For the sake of argument let us suppose that in Ireland – as everywhere else – the introduction of “limited” abortion is duly followed by abortion on demand. Will you revisit this issue and make some comments about the behaviour of women who follow up casual sex with casual abortions? Because the only people who seem to have done so in other countries are those who came over to the anti-abortion camp. Most of the other proponents of limited abortion seem to go with the flow i.e. the more abortions that are carried out, the more “tolerant” their own attitude becomes – although that tolerance rarely extends to apologising to those who predicted this from the beginning !

  95. Eddie Finnegan

    Have Fine Gael canonists explained that their four excommunications were all ‘latae sententiae’? The Deputies all excommunicated themselves.

  96. Darlene Starrs

    I read Jo’s entry and all 95 comments…It took me about 2.5 hours.
    This thread came out very well crafted with all of the contributions. Abortion is not a topic I gravitate to, as I have only known 2 Catholic women who had abortions and they were both ridden with guilt, but, worse than the guilt, each of them thought, that they would never see heaven and the face of God when they passed on. The Lord moved me, I believe, to minister to both women with as much compassion as was required, but, I’m not sure either women will ever really recover. Hopefully, they found better council than I could have been. I understand what Lloyd is suggesting because I too come from Canada. There is a perception on the part of many Canadians I’m sure that women can and do have abortions because pregnancies are inconvenient. I’m not sure the perception is justified. I certainly hope not. Your discussion on this website was well worth reading and I thank Mary in particular for sharing her knowledge and obvious competency on the subject of Abortion in general and specifically how it is being legislated in Ireland. Abortion is one of the many issues around death and dying that pose such great moral and spiritual dilemas.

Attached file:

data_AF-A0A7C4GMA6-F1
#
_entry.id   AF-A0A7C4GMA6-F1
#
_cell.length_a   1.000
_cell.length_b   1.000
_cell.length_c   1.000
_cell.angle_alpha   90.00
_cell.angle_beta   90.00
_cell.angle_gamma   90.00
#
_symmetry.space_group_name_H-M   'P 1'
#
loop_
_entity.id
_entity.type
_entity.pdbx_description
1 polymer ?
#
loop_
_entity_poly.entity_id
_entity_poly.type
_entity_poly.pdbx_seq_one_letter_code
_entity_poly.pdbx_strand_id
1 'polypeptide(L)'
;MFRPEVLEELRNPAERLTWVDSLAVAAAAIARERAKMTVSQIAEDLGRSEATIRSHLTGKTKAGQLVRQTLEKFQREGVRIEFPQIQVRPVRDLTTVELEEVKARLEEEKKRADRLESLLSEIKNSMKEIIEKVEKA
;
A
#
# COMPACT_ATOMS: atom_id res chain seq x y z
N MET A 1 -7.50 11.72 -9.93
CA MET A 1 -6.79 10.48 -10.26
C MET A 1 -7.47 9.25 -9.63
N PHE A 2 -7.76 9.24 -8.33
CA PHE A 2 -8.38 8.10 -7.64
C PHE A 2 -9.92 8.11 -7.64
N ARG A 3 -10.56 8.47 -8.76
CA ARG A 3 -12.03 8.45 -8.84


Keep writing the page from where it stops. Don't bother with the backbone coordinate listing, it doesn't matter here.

97. Nuala O'Driscoll

    A potent cocktail once politics is thrown into the equation. Going against party rules whether it is a political party or ones religion generally leads to self-excommunication. In legislating for all the people of the country, the Taoiseach might very well be inviting excommunication from both. He has my support.

  98. Clare Hannigan

    I would like to thank ACP for providing a forum for people to express their sincerely held views on this subject without fear of condemnation. I accept the teaching of the church that all human life is sacred and that the right to life starts at the moment of conception. However I am saddened by how this teaching was expressed by practices of the church in the past. It is only in very recent years that the church has acknowledged the spiritual needs of parents whose babies died through miscarriage or stillbirth. In the past in Ireland stillborn babies were sometimes buried in unmarked graves in fields and ditches because their parents were prevented from burying them in consecrated ground. In the past single pregnant women sometimes left Ireland, not to have an abortion, but because they had chosen to give birth to their babies in secret rather than bring condemnation from the church on themselves and their families. The prayer for life asks for prayers specifically for babies in the womb and for legislators and doctors caring for pregnant women but does not ask for prayers for women and young girls facing a crisis pregnancy perhaps as a result of rape or because of cancer or some other serious mental or physical health issue. I do not think we can claim to be pro-life unless we are equally concerned for the wellbeing of the mother.

    With regard to the fate of politicians who support this legislation – will evidence collected and circulated using covert electronic surveillance equipment and other forms of technology be accepted by the bishops as grounds for excommunication. In April of this year the Irish Independent published an article entitled Abortion Tapes Sting which told how a pro-life activist purporting to be pro-choice made secret recordings of conversations with two TD’s. I do not recall hearing any condemnation of this practice.

  99. ger gleeson

    “It is only in very recent years that the church has acknowledged the spiritual needs of parents whose babies died through miscarriage or stillbirth”. It is also only in fairly recent years that the NEVER, NEVER LAND CALLED LIMBO, WAS DROPPED. I simply cannot understand how the church did not know the hurt that it caused to parents on these and other issues. Thank you Clare.

  100. Nuala O'Driscoll

    The Church remains curiously silent about teachings that become inoperative, like Limbo. In Humanae Vitae it teaches that it is greviously sinful to use artificial contraception to plan your family but the Church does not openly preach this because the small numbers who remain faithful would walk away. The publication of Humanae Vitae was and is the reason that the sacrament of penance is almost obsolete. The Church cannot admit it is wrong because it teaches that it is infallible. I appreciate your article Clare.